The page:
5.1.3 Essential Components of Learning/Reinforcing Successful Behaviors

Essential Components of Learning/Reinforcing Successful Behaviors

All SFUSD schools commit to: 

1. Academic Rigor: Engaging Curriculum, Instruction, and Assessment

Students who are engaged in learning are less likely to engage in misconduct.  To support positive behavior, our curriculum is rigorous, standards-based, and inquiry-based.  Lessons are built around essential questions, with culturally relevant and responsive content that connects to students’ lives.

2. Positive Behavior Support

Positive behavior support is defined as positive expectations and responses to student behaviors.  In SFUSD schools, positive values and behaviors are explicitly taught, modeled, and practiced daily.  

3. Community Building & Restorative Practices

Community Building & Restorative Practices (RP) is the preferred approach to address student behavior issues in SFUSD school communities. Community Building & Restorative Practices are based on principles and processes that emphasize the importance of positive relationships as central to building community, and repairs/restores relationships when harm has occurred.

Community building practices, such as circles,  are used proactively to develop relationships, build community,  and build a relationship of trust that can serve as a foundation in times when harm has occurred and restoration is needed. Restorative Circles are used to repair harm. Community Building & RP reflects the importance SFUSD places on relationships – among students, and between teachers and students. This approach provides students with opportunities to develop self-discipline and positive behaviors in a caring, supportive environment. Community Building & RP views conflict primarily through the lens of the harm caused to people and relationships, and emphasizes the priority to meet the needs of those affected by this harm. A restorative disciplinary paradigm views conflict or misbehavior as an opportunity for students to learn about the consequences of their actions, develop empathy with others, and experience how to make amends in a way that strengthens the community bonds that may have been damaged.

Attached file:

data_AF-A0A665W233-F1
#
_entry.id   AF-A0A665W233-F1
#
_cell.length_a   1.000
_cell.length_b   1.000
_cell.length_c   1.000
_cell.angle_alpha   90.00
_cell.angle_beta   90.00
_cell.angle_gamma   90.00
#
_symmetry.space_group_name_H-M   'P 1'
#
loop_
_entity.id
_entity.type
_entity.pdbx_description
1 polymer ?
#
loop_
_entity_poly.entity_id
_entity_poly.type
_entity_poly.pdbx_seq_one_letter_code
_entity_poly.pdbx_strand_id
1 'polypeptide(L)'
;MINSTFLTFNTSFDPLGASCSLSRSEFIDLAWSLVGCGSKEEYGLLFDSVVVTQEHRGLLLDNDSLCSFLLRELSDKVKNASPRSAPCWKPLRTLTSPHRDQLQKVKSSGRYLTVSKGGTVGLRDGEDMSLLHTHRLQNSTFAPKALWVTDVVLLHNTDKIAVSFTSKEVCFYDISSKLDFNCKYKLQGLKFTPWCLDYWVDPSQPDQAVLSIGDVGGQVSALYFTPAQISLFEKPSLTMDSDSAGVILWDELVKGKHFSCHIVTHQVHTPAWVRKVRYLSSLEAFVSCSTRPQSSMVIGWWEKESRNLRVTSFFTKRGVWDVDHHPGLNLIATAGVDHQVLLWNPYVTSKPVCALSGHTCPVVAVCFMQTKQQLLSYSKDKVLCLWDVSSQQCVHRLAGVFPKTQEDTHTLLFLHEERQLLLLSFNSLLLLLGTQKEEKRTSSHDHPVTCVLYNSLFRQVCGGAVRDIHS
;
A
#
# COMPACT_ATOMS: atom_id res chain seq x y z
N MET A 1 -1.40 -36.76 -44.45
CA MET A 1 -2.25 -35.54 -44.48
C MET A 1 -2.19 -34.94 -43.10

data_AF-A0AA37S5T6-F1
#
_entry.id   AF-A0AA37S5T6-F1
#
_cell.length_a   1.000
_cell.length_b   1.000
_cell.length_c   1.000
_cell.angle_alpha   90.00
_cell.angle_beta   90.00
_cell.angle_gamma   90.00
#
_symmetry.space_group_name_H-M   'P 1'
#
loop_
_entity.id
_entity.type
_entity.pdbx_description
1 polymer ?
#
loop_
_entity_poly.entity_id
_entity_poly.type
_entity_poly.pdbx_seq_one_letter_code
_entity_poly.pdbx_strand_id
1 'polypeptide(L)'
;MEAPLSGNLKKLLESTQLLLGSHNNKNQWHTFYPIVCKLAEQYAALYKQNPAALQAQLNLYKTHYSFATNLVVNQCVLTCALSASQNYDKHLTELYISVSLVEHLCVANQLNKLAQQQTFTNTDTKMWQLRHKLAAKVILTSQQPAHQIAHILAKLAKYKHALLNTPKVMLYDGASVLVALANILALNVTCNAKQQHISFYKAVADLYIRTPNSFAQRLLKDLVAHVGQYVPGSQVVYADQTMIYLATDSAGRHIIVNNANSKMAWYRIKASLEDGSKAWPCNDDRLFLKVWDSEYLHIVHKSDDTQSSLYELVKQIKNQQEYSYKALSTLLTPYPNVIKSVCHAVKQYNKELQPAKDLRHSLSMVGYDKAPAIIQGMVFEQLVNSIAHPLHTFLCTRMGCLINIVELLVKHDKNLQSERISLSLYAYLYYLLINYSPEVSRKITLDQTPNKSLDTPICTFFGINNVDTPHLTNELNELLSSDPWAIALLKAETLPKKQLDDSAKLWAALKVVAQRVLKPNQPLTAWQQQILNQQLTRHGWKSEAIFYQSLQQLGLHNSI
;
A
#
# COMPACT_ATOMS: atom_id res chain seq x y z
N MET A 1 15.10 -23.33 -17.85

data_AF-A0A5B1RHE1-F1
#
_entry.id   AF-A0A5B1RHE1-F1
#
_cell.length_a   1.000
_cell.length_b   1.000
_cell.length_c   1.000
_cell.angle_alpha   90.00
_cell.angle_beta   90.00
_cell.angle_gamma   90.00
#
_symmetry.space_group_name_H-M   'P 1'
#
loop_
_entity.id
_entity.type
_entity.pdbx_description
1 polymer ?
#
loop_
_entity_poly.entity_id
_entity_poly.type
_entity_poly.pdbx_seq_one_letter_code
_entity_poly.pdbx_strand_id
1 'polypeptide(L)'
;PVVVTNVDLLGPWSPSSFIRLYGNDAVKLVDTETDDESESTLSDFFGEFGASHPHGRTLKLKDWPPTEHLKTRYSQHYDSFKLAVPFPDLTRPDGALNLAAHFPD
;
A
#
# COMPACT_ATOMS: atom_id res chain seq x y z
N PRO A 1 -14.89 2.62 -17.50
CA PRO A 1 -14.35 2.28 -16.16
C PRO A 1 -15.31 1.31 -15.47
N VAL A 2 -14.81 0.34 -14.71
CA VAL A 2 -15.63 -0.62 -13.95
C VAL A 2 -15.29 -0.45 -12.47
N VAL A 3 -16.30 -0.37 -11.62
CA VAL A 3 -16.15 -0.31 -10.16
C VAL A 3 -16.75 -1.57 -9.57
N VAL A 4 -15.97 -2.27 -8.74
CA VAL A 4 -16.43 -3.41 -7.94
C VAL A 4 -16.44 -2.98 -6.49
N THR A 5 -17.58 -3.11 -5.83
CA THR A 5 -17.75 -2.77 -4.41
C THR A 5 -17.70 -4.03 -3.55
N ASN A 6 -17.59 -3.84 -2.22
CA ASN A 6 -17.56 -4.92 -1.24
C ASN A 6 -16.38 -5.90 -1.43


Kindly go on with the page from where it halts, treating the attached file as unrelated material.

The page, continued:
This page was last updated on November 3, 2020